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Jeep Compass 2007 review: road test

We are rolling down the achingly beautiful Rocky River Rd in northern New South Wales and I'm wondering why more people don't head for the path less travelled. We're driving Jeep's first compact SUV, the strange-looking Compass, and it's an eminently suitable vehicle for the task.

The compact SUV segment is growing rapidly, untroubled by the economical, environmental and ethically judgmental barriers that trouble large SUVs. Most people who buy compact SUVs do so for their luggage capacity, high driving stance in traffic and seemingly safe passenger cell.

Few buy them for their off-road or dirt-road capability. Honda's new CR-V doesn't even make any pretensions in that area. Yet there are a few that are quite suitable out of the genteel suburbs and off the tarmac.

Jeep, with its reputation for serious off-roading machines, would hardly jeopardise that with a soft compact. So we put the six-speed manual, two-litre diesel Compass Sport to the test with a weekend away in Tenterfield. Nothing too difficult, mind. No rock crawling, river wading, mudlarking and other activities. Just some craggy dirt roads and small creek crossings.

Besides, any excuse to take a hike down Rocky River Rd is good enough for me. To get there, we drive down the tarmac to Boonah, the Compass loping along at ease in cruise control.

While the VW-derived diesel engine clatters quite loudly at idle, it settles into a purr under steam. In fact, we can't hear it above the droning in the cabin from the tyre noise. Anyway, we drown that out with song and the reverie of a trip in its infancy.

After breakfast at Flavours Cafe in Boonah we veer off on to the dirt road over the vividly named Wild Horse Mountain, along the tracks around the back of the receding Lake Maroon and on to White Swamp Rd.

The Compass is now feeling at ease, its slightly jiggly back end working well over the corrugations.

Settling into the cabin, we find this a typically Chrysler affair with too much hard plastic and a steering wheel which is not adjustable for reach. Still, the cloth seats are comfortable and there is a light and airy feeling with plenty of room up front and in the back.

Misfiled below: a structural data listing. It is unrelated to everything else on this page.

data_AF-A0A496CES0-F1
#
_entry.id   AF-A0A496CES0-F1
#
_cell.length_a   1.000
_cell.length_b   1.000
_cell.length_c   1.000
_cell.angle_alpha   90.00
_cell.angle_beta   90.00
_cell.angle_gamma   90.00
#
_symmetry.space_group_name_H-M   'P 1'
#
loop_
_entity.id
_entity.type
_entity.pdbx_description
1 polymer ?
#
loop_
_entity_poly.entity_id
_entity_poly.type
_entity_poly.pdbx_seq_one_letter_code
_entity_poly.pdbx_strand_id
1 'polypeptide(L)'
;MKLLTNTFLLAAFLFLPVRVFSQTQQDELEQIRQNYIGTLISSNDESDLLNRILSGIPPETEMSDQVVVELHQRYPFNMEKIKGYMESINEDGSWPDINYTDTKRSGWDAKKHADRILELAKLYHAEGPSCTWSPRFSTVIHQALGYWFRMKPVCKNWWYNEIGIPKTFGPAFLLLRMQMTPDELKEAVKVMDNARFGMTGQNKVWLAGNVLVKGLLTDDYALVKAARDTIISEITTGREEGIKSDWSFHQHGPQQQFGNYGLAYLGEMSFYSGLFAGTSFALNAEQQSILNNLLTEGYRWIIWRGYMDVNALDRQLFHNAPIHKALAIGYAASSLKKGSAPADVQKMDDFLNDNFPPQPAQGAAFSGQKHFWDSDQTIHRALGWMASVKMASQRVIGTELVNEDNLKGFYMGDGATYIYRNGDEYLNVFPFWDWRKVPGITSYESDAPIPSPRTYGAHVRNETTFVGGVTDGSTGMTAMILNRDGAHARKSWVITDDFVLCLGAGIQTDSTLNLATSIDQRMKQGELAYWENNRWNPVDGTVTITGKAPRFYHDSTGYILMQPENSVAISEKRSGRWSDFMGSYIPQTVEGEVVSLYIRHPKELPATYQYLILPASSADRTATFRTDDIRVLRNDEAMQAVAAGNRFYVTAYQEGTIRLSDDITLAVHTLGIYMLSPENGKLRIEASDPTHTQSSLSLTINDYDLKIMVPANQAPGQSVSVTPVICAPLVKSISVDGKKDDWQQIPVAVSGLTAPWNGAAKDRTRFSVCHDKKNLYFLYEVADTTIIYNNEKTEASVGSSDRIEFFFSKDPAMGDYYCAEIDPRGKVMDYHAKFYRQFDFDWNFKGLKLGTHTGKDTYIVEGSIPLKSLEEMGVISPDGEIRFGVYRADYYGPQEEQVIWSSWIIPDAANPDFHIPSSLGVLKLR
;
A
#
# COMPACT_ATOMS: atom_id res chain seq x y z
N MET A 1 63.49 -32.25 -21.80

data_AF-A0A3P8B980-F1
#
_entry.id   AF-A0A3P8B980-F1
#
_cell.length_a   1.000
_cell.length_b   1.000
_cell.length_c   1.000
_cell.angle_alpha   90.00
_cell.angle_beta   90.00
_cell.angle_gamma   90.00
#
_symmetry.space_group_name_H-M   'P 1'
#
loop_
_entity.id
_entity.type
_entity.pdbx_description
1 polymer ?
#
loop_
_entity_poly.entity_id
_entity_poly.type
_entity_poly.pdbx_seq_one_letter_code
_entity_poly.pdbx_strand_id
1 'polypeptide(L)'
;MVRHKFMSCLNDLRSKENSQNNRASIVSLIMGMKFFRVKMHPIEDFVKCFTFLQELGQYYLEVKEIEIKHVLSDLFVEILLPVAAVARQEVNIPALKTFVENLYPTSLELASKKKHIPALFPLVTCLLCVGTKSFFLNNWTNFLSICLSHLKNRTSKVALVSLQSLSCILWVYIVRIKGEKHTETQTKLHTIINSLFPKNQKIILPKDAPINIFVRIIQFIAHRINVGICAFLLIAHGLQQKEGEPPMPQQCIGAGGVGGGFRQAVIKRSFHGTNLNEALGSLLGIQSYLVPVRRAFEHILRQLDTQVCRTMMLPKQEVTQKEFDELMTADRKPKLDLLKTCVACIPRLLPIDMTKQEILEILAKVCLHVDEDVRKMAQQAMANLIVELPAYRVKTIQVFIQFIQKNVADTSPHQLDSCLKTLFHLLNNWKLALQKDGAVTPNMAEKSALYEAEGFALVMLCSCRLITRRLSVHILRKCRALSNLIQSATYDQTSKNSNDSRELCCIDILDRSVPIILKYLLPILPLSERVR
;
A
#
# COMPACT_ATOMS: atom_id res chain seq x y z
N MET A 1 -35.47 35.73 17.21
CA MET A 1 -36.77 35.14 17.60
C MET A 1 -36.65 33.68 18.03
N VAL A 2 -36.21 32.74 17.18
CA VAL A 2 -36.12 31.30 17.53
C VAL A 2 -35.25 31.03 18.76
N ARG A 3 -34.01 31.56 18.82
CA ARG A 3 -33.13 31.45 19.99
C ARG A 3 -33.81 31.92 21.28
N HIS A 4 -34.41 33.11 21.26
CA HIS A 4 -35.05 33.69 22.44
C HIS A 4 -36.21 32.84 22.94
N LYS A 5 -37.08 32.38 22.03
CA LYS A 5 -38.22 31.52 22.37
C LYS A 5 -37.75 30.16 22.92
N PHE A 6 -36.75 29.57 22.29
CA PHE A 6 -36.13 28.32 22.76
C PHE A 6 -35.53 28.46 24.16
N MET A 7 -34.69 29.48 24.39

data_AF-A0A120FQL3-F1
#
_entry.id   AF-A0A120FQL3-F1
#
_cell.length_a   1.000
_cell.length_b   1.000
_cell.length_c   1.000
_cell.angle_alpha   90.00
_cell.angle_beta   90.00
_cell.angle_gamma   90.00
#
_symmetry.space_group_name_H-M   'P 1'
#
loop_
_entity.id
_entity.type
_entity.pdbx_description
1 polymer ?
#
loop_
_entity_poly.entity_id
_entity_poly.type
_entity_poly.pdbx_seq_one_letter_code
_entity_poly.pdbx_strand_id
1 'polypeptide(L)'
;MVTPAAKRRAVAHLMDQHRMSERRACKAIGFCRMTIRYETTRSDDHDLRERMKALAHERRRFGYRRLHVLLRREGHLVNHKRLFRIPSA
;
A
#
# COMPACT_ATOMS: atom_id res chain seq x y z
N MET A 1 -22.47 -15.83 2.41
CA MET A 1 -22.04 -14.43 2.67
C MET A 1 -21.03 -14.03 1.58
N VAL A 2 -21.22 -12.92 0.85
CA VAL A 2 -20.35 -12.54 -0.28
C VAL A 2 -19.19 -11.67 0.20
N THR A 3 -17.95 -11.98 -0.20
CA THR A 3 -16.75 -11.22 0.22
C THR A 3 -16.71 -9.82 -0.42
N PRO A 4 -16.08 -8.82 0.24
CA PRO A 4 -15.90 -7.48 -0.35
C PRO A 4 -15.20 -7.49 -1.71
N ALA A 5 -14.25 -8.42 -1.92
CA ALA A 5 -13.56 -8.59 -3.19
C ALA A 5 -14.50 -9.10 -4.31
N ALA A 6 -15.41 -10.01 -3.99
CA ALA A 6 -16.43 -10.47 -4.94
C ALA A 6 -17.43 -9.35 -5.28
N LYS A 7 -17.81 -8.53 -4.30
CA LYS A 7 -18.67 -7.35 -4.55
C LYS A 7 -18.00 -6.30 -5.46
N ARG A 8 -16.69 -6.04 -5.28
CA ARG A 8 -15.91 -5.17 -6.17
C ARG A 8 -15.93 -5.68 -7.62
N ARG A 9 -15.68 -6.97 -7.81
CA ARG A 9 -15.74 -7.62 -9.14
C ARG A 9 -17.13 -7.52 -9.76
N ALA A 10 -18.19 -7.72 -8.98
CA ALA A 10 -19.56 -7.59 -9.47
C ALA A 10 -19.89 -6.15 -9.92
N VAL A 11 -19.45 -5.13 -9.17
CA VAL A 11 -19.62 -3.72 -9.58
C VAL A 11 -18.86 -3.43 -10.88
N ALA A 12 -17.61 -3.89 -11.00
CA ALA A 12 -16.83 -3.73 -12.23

Mountains, valleys, gorges and heavily cattled fields disintegrate into dust behind us as we forge on down across the border. Several stops for photographs reveal that the powdery dust has found its way into the door wells so when we hop in and out, it is disturbed and settles in the cabin.

Back on to the tar, we turn right on the Mt Lindesay Highway and when the road forks, we lurch left toward Urbenville. This stretch of bitumen is broken and lumpy as week-old porridge but the Jeep's plush suspension travel seems to cut right through without the vehicle becoming unsettled.

Some 14km along the road we turn off on to Paddys Flat Rd which quickly disintegrates into narrow dirt that winds up and over several ridges, crossing creeks that eventually become the indolent Clarence River.

The diesel pulls strongly over the ranges although there is a need to row the gears between second and third, not because of any lack of midrange engine grunt but because of a gap in the ratios and the subsequent drop in revs.

With 200mm of clearance the Jeep easily straddles some of the bombers and branches strewn across the track. And when there is a creek crossing with an option of getting the tyres wet or using the old wooden bridge the choice is easy.

Here we pull up on the little T-bar control next to the gearshift and lock the Freedom Drive into four-wheel drive to cope with moss-covered rocks in the creek.

It's a breeze. Probably didn't need to lock in 4WD. Normally it runs 90 per cent of drive to the front switching to 4WD in low traction, so it could have coped.